How to edit Ansible templates in GoLand, PhpStorm, or other JetBrains IDEs: think outside of the box ! There is a free solution...
The problemIn a GoLand 2018.3 EAP run configuration, a Makefile run configuration finds the
gobinary on macOS, but not on Ubuntu, causing make targets like this one to fail:
# Building WASM
GOARCH=wasm GOOS=js go build -o client/test.wasm client/main.go
/usr/bin/make -f (some edited path)/Makefile client/test.wasm
/bin/sh: 1: go: not found
make: *** [client/test.wasm] Error 127
Simple enough to fix...
As you may have noticed if you are a regular here, I just refreshed the theme on this site to a custom theme built on Bartik. And since Chrome had just been updated, I took the newly updated performance audit.
What more to say ?
When using MySQL from the CLI, the
-e flag comes in handy to execute MySQL commands directly in bash, like
mysql -uroot -p -e "SHOW DATABASES;". Which gives nicely formatted output like:
So DrupalCon Europe is out for 2018. But that does not mean a EU-level event does not exist, to bind the community beyond the specialization of DevDays, FrontEnd United, CxO, GovDays, and all the DrupalCamps. Drupal Europe is that event, and to support the community who wants to prove a large Drupal conference can reasonably happen after all the trouble the Drupal Association had with it, the best way it to register for the conference.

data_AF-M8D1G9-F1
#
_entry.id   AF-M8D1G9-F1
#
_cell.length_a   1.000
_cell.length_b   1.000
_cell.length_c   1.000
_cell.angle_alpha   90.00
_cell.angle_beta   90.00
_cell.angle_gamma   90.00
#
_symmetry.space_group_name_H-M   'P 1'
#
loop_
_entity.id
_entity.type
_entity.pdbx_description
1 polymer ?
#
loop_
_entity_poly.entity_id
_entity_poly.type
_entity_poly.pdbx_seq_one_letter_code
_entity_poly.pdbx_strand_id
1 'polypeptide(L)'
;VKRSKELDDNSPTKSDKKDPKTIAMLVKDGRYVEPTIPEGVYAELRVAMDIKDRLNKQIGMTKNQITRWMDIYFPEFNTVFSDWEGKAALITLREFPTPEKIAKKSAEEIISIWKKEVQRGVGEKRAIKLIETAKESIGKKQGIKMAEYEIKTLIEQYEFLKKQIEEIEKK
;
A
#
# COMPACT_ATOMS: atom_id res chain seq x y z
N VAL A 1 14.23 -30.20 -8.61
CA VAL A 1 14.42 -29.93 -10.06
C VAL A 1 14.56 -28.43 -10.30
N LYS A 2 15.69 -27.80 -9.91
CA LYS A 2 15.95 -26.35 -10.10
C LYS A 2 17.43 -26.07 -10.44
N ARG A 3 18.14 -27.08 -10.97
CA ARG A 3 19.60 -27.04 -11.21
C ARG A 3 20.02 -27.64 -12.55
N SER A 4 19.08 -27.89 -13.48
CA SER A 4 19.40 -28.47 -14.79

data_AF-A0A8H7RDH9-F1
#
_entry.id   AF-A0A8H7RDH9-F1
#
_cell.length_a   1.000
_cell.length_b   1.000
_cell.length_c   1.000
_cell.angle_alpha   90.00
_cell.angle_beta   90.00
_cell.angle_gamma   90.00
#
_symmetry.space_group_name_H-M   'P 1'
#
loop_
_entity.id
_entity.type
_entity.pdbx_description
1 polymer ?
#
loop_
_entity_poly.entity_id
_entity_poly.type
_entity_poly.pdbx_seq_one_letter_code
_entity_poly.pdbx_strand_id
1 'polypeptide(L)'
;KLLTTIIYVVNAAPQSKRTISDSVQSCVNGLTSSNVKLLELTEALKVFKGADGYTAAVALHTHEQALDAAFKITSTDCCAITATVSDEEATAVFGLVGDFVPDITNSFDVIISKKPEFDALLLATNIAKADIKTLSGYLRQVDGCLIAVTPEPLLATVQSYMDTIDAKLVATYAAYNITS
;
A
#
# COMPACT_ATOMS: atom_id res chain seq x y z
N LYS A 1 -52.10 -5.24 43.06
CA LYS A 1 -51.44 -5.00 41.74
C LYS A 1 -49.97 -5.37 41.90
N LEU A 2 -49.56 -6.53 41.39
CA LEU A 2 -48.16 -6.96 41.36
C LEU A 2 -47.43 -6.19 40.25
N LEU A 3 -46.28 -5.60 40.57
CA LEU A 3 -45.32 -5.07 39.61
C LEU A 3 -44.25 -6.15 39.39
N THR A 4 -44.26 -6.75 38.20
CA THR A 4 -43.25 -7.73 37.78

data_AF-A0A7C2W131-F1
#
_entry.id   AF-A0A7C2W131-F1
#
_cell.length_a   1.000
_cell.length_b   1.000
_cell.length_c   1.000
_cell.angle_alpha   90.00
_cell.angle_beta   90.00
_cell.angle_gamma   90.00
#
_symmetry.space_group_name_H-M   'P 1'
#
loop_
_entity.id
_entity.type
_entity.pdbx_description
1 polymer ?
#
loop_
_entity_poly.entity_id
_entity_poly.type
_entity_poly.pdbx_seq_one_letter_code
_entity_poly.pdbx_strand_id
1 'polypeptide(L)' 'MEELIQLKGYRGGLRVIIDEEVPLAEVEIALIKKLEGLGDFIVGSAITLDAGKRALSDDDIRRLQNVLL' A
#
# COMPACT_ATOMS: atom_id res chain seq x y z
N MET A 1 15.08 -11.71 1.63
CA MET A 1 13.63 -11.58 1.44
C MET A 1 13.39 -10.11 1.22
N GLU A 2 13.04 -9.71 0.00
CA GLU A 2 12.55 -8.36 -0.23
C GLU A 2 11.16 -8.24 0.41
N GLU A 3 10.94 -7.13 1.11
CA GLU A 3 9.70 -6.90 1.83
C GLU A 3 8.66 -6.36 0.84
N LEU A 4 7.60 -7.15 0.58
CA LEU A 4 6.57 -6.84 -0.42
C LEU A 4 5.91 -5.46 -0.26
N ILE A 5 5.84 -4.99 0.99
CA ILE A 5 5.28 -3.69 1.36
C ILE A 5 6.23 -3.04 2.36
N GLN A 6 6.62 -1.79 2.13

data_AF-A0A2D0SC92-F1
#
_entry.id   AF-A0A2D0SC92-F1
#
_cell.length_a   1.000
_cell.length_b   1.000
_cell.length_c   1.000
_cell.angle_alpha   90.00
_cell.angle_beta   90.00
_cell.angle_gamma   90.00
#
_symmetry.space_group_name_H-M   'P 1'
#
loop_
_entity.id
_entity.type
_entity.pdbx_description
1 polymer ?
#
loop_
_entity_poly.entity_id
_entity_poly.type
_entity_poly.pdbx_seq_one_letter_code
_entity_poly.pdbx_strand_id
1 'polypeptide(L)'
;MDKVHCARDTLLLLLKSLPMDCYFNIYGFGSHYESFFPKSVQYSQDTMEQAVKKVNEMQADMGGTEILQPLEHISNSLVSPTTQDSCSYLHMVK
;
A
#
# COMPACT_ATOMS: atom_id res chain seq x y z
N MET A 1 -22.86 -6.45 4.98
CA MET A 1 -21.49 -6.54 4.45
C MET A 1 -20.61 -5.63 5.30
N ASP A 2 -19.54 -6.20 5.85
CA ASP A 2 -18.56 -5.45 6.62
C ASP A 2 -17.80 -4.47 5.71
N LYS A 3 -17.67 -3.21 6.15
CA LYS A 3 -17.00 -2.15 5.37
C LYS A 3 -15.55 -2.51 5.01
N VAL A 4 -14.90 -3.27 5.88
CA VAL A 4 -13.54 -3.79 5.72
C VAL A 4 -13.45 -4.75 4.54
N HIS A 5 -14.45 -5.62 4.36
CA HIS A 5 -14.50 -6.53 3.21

So join me there :-)
While exporting a project from Unfuddle in order to import its issues to Jira, I took a look at the other files beyond
backup.xml and the
media/ directory. Turns out that when Unfuddle provides you with a project backup, it includes the repositories in an undocumented (on their site, at least) format, under the
dmp file extension. Let's find out how to actually use these.
When auditing or reviewing an unknown code base, I often have to decide which files to examine in priority. Beyond the usual heuristics for Drupal projects (hint: look at templates in D7), how can one find the parts most likely to contain problems ? This simple command set can help pinpoint troublemaking files quickly.
While porting (well, actually rewriting) an old PHP library to Go, I had to use a CRC (cyclic redundancy check) on a buffer. In old-school PHP, the standard is well established since PHP 4: just use
crc32 from the
strings package, and beware of the sign bit or, to be a bit more current while still compatible, use the
hash() function from the
hash package, like this example:
If you program in Go, you've probably written a lot of packages, and probably split packages in subpackages. Maybe even more than idiomatic Go would really advise... And you may have been grumbling just like I did at the fact that the
go test command requires a list of packages, and does not recursively dive into all the subpackages, like PHPunit would, and does not seem to have a working recursion flag.
I've long been receiving quite high volumes of comment spam on this blog, which is why comments have always been pre-moderated. And, of course, there is usually not much to think of it. Not so with one of the spam messages posted today, which unwittingly provided an unexpected insight into the current mechanisms uses by spammers.